The Our Father —Continued (Part 6)

Seventeenth Sunday in Ordinary Time – July 30, 2017

By Father Peter Richards

Continuing to look at the “Our Father”, let’s focus today on the petition “and lead us not into temptation.” 

The first part of this can be puzzling. It might seem to contradict what we know about God, namely that he is all good. If God is all good, he wouldn’t lead any one into temptation. True, in that God doesn’t tempt anyone to do evil. As St. James tells us, “Let no one say when he is tempted, ‘I am tempted by God’; for he himself tempts no one; but each person is tempted when he is lured and enticed by his own desire. Then desire when it has conceived gives birth to sin; and sin when it is full-grown brings forth death.” (James 1:13-15) On the other hand, God does allow us to be tempted by the world, the flesh and the devil. Having temptations presented to us, and fighting them, helps us grow in humility. When we are faced with the lure or power of temptations, or even give into them, we realize the dark nature of sin, its lousy consequences, our own weaknesses, and our need for God and his goodness and strength. Not that God ever wants us to sin, but in his incredible love and power he is able to bring good out of whatever happens, even our mistakes. As St. Paul tells us, “We know that in everything God works for good with those who love him, who are called according to his purpose.” (Romans 8:28) The only way I can think of for God to remove all temptations from us in this life, and to keep people from tempting each other, would be to force our wills to choose only good. But God in his great love for us has given us free wills, so this life inevitably will have many temptations come at us.

When we pray, “lead us not into temptation”, among other things, we are praying that God helps us stay humble, so we don’t get overconfident and allow ourselves to get into near occasions of sin, in other words, activities and relationships that may not be sinful in themselves, but make it more likely that we will sin. It also is a prayer that, when we are faced with temptations, we will not trust in our own strength to fight them, but will always ask God for help, and make use of the means he has given us to grow in virtue and fight temptations. Examples of this are the sacraments, God’s Word, asking for the intercession of the Blessed Virgin Mary and the other saints through the “Hail Mary” and other prayers, fasting, and holding ourselves accountable to other people, such as a close friend or twelve-step and other support groups.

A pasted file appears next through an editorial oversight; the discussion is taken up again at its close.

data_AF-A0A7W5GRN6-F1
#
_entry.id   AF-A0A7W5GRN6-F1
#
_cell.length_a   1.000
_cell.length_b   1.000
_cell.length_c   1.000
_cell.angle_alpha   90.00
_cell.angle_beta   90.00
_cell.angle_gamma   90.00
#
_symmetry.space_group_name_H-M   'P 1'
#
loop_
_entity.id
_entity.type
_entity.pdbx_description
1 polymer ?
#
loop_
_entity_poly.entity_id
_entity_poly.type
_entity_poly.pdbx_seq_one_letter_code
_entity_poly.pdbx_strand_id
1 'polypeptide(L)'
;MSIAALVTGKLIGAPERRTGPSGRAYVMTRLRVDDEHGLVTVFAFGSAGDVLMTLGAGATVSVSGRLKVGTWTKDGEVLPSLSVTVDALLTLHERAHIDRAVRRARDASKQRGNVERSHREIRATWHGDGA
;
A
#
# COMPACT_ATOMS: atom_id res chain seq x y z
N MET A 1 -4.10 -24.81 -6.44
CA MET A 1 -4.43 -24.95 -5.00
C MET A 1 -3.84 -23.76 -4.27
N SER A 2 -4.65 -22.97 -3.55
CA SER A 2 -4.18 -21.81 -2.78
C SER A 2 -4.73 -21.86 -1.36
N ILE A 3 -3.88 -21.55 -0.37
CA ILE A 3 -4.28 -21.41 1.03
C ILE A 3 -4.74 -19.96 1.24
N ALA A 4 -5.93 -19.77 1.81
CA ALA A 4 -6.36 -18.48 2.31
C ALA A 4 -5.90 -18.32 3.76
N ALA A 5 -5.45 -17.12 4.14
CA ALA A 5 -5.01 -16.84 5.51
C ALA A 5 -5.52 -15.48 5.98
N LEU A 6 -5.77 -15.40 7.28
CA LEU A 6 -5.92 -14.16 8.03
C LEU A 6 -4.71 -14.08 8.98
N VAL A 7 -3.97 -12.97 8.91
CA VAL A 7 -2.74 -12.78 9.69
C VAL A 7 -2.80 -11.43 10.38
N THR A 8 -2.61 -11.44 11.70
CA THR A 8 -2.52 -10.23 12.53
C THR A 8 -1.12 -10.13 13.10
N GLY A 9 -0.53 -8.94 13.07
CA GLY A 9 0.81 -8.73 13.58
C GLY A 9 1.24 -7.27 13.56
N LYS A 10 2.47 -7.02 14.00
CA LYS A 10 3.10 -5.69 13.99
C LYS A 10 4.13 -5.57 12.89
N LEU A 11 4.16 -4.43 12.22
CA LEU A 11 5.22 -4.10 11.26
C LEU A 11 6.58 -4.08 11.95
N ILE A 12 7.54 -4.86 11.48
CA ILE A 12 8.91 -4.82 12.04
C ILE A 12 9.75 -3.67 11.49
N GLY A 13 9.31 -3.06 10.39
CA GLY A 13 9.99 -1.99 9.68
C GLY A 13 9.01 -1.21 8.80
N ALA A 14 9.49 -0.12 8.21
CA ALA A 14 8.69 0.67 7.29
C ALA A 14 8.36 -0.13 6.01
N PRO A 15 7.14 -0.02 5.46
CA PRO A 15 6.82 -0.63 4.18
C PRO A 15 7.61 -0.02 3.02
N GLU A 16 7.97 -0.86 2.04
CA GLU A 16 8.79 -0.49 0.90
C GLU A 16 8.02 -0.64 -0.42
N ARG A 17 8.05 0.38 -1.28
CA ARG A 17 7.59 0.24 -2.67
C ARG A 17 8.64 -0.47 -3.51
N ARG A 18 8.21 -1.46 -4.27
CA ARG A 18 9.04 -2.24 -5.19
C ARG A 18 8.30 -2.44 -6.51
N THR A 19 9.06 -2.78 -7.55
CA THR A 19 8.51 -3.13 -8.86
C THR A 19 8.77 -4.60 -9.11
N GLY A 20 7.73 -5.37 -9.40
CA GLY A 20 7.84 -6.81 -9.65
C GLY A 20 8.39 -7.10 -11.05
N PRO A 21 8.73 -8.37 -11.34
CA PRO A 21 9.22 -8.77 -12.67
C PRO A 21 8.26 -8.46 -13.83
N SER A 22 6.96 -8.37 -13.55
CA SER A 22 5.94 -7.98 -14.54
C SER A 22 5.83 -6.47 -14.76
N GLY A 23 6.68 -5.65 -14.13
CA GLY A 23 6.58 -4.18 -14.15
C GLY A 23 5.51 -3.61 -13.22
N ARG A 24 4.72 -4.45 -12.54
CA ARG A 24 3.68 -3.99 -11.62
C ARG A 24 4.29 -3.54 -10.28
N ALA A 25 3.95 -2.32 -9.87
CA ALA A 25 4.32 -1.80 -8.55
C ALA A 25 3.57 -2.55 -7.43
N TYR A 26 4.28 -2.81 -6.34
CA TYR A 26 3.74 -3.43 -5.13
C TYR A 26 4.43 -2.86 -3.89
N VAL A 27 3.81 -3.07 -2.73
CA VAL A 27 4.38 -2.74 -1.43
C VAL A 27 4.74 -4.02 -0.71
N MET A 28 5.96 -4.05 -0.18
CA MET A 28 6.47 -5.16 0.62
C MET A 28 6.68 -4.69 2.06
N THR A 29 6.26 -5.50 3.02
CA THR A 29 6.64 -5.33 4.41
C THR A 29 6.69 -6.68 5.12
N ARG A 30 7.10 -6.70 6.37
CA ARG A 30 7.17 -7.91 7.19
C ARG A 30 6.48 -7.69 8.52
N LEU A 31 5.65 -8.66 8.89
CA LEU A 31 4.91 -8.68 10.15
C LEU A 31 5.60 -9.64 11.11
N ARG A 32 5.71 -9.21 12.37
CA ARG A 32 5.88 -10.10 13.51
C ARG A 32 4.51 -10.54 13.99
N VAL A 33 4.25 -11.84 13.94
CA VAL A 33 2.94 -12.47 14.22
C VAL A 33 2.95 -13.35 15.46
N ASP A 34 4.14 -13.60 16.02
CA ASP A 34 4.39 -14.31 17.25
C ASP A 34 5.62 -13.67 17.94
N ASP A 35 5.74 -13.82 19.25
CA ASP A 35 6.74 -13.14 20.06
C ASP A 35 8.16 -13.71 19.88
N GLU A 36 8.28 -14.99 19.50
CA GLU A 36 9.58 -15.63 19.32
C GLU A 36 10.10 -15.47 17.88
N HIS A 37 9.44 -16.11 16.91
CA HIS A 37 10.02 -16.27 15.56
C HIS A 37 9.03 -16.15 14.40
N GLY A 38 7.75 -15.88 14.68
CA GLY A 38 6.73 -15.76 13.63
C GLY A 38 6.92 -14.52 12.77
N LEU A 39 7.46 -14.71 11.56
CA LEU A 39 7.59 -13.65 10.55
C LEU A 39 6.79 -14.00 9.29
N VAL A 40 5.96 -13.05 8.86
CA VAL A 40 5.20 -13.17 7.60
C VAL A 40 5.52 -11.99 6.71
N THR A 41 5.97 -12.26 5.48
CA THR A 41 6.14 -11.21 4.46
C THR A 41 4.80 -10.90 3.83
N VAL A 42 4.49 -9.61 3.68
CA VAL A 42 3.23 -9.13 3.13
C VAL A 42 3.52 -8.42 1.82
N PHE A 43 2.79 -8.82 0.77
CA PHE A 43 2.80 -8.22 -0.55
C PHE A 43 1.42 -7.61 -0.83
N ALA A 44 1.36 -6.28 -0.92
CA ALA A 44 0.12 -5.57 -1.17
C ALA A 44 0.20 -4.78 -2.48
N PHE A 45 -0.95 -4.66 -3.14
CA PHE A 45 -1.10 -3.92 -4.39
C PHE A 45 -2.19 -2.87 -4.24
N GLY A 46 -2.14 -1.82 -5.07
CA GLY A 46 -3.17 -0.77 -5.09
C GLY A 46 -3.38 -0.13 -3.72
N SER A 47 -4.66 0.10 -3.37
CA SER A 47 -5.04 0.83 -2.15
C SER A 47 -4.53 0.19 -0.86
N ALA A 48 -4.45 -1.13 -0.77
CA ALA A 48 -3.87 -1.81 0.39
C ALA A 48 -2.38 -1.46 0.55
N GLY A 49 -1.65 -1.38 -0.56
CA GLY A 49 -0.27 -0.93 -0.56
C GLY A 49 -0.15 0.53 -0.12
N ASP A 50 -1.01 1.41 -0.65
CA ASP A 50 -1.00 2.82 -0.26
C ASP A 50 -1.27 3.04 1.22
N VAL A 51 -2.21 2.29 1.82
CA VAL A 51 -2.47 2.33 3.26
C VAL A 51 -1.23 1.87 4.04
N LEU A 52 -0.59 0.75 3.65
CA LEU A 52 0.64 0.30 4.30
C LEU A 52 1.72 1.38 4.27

Another way to fight temptation is ask God to help us be content with what we have, as long as our basic needs are met, and to not try to get rich. As St. Paul wrote to St. Timothy, “If we have food and clothing, with these we should be content. But those who desire to be rich fall into temptation, into a snare, into many senseless and hurtful desires that plunge men into ruin and destruction. For the love of money is the root of all evils; it is through this craving that some have wandered away from the faith and pierced their hearts with many pangs.” (1 Timothy 6: 8-10) The author of the Book of Proverbs expressed this same truth in a beautiful way when he wrote, “Give me neither poverty nor riches; feed me with the food that is needful for me, lest I be full, and deny you, and say, ‘Who is the LORD?’ or lest I be poor, and steal, and profane the name of my God.” (Proverbs 30:8-9)

Whenever temptations come at us, we have power and resources from God the Father, through Jesus Christ, in the Holy Spirit, to say, “no.” As St. Paul encourages us, “No temptation has overtaken you that is not common to man. God is faithful, and he will not let you be tempted beyond your strength, but with the temptation will also provide the way of escape, that you may be able to endure it.” (1 Corinthians 10:13)

Have a great week! Fr. Richards

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